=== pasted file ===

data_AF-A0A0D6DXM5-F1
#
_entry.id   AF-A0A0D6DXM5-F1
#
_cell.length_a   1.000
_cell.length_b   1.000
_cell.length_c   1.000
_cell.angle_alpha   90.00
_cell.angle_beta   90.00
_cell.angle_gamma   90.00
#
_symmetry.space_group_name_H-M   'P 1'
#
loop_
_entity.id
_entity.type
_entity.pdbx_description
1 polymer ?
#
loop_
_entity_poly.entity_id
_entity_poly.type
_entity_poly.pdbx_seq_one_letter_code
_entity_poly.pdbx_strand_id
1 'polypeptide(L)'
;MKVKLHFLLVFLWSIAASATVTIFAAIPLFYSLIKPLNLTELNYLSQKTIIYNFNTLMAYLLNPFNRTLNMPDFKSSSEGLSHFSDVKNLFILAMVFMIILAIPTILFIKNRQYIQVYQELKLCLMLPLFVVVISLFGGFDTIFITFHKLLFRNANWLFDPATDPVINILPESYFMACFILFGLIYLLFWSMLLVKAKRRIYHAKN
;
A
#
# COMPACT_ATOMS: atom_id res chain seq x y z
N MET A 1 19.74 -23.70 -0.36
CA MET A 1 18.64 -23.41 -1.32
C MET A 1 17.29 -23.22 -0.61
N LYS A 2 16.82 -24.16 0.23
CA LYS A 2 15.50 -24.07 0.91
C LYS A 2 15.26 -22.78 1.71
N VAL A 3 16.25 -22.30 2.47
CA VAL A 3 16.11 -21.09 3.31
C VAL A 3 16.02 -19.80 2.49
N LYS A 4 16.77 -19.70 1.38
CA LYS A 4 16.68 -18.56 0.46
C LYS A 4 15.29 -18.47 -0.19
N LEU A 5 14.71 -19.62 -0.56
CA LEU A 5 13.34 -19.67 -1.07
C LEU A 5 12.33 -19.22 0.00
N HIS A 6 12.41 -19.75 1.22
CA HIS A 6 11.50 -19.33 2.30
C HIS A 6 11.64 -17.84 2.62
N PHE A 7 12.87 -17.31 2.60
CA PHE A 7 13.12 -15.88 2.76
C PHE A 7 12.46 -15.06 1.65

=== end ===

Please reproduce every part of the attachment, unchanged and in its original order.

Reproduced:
data_AF-A0A0D6DXM5-F1
#
_entry.id   AF-A0A0D6DXM5-F1
#
_cell.length_a   1.000
_cell.length_b   1.000
_cell.length_c   1.000
_cell.angle_alpha   90.00
_cell.angle_beta   90.00
_cell.angle_gamma   90.00
#
_symmetry.space_group_name_H-M   'P 1'
#
loop_
_entity.id
_entity.type
_entity.pdbx_description
1 polymer ?
#
loop_
_entity_poly.entity_id
_entity_poly.type
_entity_poly.pdbx_seq_one_letter_code
_entity_poly.pdbx_strand_id
1 'polypeptide(L)'
;MKVKLHFLLVFLWSIAASATVTIFAAIPLFYSLIKPLNLTELNYLSQKTIIYNFNTLMAYLLNPFNRTLNMPDFKSSSEGLSHFSDVKNLFILAMVFMIILAIPTILFIKNRQYIQVYQELKLCLMLPLFVVVISLFGGFDTIFITFHKLLFRNANWLFDPATDPVINILPESYFMACFILFGLIYLLFWSMLLVKAKRRIYHAKN
;
A
#
# COMPACT_ATOMS: atom_id res chain seq x y z
N MET A 1 19.74 -23.70 -0.36
CA MET A 1 18.64 -23.41 -1.32
C MET A 1 17.29 -23.22 -0.61
N LYS A 2 16.82 -24.16 0.23
CA LYS A 2 15.50 -24.07 0.91
C LYS A 2 15.26 -22.78 1.71
N VAL A 3 16.25 -22.30 2.47
CA VAL A 3 16.11 -21.09 3.31
C VAL A 3 16.02 -19.80 2.49
N LYS A 4 16.77 -19.70 1.38
CA LYS A 4 16.68 -18.56 0.46
C LYS A 4 15.29 -18.47 -0.19
N LEU A 5 14.71 -19.62 -0.56
CA LEU A 5 13.34 -19.67 -1.07
C LEU A 5 12.33 -19.22 0.00
N HIS A 6 12.41 -19.75 1.22
CA HIS A 6 11.50 -19.33 2.30
C HIS A 6 11.64 -17.84 2.62
N PHE A 7 12.87 -17.31 2.60
CA PHE A 7 13.12 -15.88 2.76
C PHE A 7 12.46 -15.06 1.65